Connect With Me

Linda Samuels, CPO-CD®

Connect with me on FacebookConnect with me on TwitterConnect with me on TwitterConnect with me on LinkedInConnect with me on YouTubeConnect with me on TwitterConnect with me on Twitter


Sign-up for free monthly e-newsletter and get "Organizing Tip 101" series as a thank you bonus!

Buy Linda's book at her Amazon store for Autographed Copy!

In The Other Side of Organized, Linda Samuels, CPO-CD® will encourage you to get organized enough to reduce the stress of life’s details and make time to embrace your passions. Already, thousands of clients and readers have found help and inspiration in her advice, personal reflections on change and connection, and vision of what can be accomplished when you find that sweet spot between chaos and perfection.

Available in paperback or eBook for Kindle, Nook, iPad or iPhone and Sony Reader.

Professional Organizing

Need some help? Linda's company, Oh, So Organized! provides professional organizing services. Click here to learn about our unique Client Loyalty Program. Visit the Oh, So Organized! website for organizing tips, resources, videos and more. Make this your year to get organized.

« Clutter-less Gifts | The "Oh, My!" in Letting Go »

What's Your Clutter Tolerance?

Where is your clutter? Do you see it in the stacks that fill the surfaces of your furniture and floors? Is it in the pile of clothes covering your chair or bed? Is it concealed behind closed closet doors or spare room? Is the clutter the one piece of paper that sits on the kitchen counter? Perhaps the clutter isn’t of a physical nature, but instead manifests itself with the stray thoughts swimming inside your head. Maybe the clutter is in the form of overscheduled calendars and long “to do” lists.

Where ever or whatever it is, I’ve noticed that everyone has different clutter tolerance levels. What is clutter to one person is no problem for another. It’s fascinating! In my book, The Other Side of Organized, chapter 5 is devoted only to ideas about clutter. This is perhaps the number one reason why clients enlist my help. What I hear most often is that they are “overwhelmed by clutter.” People become overwhelmed at different points.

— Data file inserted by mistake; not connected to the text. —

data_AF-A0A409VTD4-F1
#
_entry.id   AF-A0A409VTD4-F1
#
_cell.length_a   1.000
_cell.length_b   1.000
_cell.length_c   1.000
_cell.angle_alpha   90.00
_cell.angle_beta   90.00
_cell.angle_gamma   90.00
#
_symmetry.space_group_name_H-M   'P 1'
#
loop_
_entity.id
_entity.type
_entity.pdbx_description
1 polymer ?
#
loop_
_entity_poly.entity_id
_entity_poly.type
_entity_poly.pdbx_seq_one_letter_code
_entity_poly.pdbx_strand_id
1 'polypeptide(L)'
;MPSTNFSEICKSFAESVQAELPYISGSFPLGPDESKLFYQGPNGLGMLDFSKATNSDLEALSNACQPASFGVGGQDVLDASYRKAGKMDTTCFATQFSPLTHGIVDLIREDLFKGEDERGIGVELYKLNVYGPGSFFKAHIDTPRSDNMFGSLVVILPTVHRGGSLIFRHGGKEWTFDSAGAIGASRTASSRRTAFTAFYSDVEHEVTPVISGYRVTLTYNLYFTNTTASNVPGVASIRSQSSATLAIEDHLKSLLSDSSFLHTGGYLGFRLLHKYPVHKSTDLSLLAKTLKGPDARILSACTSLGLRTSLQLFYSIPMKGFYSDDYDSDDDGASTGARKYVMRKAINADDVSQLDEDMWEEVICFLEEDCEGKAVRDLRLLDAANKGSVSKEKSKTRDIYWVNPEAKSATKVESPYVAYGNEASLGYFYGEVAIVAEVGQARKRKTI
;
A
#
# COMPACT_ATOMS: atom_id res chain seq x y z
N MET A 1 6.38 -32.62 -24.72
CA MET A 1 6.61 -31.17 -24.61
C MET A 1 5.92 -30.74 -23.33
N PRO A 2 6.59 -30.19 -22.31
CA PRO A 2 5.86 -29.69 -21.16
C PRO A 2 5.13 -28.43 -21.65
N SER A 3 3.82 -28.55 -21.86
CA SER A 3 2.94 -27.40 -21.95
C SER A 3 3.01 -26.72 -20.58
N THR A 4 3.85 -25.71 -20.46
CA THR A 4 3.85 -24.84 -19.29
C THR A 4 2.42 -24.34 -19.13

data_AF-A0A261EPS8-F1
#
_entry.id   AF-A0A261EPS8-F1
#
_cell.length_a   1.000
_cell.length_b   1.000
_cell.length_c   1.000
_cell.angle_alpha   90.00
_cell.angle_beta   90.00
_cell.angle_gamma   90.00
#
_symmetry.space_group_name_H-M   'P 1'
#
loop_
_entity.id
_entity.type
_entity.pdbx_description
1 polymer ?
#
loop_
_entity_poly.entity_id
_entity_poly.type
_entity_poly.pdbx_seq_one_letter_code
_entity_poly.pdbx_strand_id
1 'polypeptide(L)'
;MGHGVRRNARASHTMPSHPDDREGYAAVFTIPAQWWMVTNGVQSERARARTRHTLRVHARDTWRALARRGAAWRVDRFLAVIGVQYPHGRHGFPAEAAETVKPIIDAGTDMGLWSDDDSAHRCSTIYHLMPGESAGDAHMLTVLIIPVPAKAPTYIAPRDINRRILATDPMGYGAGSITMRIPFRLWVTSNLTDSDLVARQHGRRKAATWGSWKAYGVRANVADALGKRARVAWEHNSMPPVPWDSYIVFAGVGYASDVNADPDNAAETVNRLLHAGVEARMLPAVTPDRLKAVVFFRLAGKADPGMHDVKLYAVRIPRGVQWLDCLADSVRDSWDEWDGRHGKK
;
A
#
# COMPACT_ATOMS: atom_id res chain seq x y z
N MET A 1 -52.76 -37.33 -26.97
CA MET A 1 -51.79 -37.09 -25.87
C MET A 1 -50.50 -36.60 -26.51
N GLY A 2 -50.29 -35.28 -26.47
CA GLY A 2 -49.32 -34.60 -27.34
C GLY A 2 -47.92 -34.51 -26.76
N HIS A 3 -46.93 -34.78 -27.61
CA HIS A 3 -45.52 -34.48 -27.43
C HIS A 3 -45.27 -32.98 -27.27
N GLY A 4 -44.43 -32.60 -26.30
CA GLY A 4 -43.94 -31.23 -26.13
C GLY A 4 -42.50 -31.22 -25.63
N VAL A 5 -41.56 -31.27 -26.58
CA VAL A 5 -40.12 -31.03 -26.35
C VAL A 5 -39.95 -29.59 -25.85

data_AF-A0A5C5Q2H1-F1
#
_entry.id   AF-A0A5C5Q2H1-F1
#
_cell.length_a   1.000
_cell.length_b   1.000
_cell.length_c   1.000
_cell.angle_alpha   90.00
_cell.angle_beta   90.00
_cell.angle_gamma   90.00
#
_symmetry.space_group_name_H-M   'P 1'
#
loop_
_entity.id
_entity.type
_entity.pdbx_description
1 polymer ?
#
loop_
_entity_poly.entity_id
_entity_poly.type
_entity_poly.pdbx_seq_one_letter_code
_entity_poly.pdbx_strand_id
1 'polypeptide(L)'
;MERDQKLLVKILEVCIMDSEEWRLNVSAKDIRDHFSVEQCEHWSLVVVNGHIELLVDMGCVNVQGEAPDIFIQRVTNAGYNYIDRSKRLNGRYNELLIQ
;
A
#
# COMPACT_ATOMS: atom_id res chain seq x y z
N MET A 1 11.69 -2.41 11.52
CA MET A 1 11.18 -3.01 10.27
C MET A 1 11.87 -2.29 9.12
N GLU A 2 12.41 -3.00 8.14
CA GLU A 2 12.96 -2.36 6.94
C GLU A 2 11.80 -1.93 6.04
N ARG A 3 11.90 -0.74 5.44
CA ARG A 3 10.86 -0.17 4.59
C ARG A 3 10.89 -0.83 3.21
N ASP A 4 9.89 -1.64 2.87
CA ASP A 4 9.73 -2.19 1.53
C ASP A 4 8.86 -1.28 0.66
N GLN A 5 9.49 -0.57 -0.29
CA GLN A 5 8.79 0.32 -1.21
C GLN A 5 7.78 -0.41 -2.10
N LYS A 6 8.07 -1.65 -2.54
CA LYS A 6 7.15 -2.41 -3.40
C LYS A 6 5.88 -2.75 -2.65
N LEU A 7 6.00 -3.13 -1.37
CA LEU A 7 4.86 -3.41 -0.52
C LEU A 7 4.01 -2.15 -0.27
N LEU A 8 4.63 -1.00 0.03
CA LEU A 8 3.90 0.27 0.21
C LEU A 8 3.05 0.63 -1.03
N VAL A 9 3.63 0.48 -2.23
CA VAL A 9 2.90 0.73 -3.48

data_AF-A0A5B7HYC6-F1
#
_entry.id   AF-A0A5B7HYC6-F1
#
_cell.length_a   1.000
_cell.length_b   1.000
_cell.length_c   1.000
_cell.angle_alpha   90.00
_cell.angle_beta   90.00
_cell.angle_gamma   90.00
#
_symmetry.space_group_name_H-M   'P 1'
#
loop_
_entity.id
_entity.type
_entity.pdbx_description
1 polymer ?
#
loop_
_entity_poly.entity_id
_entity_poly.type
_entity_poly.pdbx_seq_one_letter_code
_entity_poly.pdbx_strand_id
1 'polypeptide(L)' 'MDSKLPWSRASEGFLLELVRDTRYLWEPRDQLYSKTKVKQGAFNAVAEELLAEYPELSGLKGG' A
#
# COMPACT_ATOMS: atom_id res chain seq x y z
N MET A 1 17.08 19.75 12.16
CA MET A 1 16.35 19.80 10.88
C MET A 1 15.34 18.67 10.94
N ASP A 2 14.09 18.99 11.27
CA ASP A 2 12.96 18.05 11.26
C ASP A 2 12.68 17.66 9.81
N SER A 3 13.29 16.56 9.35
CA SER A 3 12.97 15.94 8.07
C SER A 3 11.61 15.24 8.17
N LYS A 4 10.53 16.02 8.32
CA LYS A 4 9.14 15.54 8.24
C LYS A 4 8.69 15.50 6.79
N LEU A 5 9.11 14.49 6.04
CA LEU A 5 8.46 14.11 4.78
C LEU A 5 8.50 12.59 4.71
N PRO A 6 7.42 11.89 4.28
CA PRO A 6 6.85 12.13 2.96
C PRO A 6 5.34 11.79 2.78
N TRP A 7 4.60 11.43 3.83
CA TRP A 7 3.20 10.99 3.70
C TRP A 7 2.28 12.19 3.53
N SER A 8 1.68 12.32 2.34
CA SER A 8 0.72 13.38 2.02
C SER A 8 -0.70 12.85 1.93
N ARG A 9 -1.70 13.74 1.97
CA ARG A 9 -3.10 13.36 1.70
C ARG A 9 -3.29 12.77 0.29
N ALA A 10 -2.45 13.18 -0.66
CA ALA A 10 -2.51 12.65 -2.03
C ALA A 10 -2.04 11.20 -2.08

We love our things, whether it’s our possessions or our activities. And there is nothing intrinsically wrong with that. The problem arises when the things and events of life take over and begin wearing us out emotionally or taking over our physical spaces.  We become stressed and agitated when the clutter prevents us from living the life we desire. As I mentioned, each of us responds differently to clutter. These clutter tolerance differences can often be the source of conflicts and tension between people and in families.

For example, if one person has a zero clutter tolerance comfort level that means they are not comfortable with anything being out of place or covering surfaces. One piece of paper on a counter could upset them.  If they are living with someone that tends to collect papers in piles, this could cause problems for both of them. The zero clutter tolerance person gets annoyed with the other person and can’t understand why they make piles all over. The piler’s self-esteem can be eroded if the other person has no tolerance for their different style of being and berates them for being “messy.”

There is no easy or single answer to this, but I do have a few ideas. In our house, we have different styles and clutter tolerance levels. So to work with the variety, we have established personal and communal areas. In the personal areas, each of us keeps those areas exactly as they want. In the communal areas, we are more respectful of each other’s needs. I prefer to have less things accumulate, but realize that if someone is working on a project, things will be out of place for a time. However, when the project is done, those things get put away. In our daughters’ room, they don’t necessarily prefer to put things away regularly. So the door to their room gets closed and they keep the room as they like. When the clutter gets too much for them, they restore it to a more comfortable state.

Tolerance and respect is key. We don’t think or do things the same way. This is a good thing. It’s a matter of figuring out ways to work and live together, respecting those differences, helping one another where we can and letting go of what we can’t control.

PrintView Printer Friendly Version

EmailEmail Article to Friend

Reader Comments (1)

Thanks Linda for sharing this very valuable thought! Each of us does have a different perspective and it is all about respecting that and compromise as needed.

May 1, 2011 | Unregistered CommenterEllen Delap

PostPost a New Comment

Enter your information below to add a new comment.

My response is on my own website »
Author Email (optional):
Author URL (optional):
Some HTML allowed: <a href="" title=""> <abbr title=""> <acronym title=""> <b> <blockquote cite=""> <code> <em> <i> <strike> <strong>